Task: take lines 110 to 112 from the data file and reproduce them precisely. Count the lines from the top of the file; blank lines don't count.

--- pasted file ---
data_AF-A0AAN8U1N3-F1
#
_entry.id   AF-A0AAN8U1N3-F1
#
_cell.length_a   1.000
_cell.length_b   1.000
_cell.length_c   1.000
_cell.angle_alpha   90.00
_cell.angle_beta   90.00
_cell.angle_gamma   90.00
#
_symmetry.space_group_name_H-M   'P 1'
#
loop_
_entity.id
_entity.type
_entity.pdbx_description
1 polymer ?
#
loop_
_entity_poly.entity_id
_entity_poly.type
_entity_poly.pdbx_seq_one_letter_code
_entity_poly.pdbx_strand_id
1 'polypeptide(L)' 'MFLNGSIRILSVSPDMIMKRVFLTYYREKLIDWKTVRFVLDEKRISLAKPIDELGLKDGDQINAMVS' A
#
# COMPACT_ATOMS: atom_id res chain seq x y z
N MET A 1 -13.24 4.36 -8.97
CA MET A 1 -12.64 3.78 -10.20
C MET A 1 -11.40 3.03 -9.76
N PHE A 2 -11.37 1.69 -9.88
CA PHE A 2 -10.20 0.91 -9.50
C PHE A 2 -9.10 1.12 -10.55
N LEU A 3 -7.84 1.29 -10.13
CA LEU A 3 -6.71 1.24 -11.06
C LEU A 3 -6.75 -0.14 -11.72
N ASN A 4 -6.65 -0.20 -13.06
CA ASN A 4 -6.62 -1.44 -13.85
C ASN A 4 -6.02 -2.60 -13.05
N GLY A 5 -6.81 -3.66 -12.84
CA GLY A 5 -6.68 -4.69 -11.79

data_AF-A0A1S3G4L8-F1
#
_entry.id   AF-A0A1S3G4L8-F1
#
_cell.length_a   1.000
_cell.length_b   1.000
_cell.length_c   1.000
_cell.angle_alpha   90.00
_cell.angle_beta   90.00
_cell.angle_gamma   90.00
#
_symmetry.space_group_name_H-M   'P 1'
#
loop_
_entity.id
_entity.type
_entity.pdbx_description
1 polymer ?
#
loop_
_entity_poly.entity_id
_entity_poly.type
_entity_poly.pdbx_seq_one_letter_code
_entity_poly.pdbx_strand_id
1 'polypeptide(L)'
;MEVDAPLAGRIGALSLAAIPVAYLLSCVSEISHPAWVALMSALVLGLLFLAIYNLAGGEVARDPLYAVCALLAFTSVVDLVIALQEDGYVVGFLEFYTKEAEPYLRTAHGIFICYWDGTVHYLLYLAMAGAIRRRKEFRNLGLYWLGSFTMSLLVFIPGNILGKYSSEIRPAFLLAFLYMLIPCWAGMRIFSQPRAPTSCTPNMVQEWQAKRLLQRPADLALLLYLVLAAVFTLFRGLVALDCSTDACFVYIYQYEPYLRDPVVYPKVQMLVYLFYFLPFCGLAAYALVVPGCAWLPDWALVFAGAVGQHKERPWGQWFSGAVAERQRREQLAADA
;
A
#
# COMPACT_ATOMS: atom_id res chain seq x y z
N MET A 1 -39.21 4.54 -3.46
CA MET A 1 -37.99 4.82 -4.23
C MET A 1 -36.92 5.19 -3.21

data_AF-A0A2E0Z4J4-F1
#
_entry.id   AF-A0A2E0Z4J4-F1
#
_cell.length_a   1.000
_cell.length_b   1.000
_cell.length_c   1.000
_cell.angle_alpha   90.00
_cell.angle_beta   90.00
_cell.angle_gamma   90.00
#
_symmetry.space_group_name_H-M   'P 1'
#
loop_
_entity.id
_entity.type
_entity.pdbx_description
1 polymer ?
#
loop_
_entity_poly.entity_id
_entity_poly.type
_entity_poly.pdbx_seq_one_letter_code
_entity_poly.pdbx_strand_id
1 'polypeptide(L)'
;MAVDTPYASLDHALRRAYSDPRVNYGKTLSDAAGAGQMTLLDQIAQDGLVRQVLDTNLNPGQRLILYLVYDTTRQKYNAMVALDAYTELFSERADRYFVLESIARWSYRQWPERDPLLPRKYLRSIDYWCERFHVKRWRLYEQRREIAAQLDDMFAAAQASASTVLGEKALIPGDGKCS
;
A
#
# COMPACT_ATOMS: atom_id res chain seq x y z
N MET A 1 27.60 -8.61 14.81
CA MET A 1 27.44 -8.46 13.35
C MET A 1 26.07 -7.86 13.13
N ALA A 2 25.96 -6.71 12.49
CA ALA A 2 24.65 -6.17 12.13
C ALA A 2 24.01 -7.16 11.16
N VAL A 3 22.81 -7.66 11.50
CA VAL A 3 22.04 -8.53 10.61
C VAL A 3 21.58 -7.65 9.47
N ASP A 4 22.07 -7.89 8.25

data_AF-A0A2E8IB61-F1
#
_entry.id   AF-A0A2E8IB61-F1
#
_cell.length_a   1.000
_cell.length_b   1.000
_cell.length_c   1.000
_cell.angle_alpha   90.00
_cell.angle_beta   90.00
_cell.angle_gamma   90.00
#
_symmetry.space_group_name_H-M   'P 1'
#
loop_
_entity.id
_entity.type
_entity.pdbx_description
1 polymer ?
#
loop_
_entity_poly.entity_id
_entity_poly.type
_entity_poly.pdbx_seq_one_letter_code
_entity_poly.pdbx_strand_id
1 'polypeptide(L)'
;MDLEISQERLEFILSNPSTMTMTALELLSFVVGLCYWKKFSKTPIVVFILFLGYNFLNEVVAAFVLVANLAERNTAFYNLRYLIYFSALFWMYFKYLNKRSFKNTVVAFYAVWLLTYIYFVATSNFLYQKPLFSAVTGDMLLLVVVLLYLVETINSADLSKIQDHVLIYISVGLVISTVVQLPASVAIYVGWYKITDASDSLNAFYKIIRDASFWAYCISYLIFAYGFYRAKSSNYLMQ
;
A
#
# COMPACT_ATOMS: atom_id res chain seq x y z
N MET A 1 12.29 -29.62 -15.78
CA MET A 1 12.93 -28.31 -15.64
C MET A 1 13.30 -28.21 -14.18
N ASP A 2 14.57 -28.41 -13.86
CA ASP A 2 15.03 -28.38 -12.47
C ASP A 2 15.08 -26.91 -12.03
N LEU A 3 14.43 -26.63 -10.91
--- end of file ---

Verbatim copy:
C ALA A 2 24.01 -7.16 11.16
N VAL A 3 22.81 -7.66 11.50
CA VAL A 3 22.04 -8.53 10.61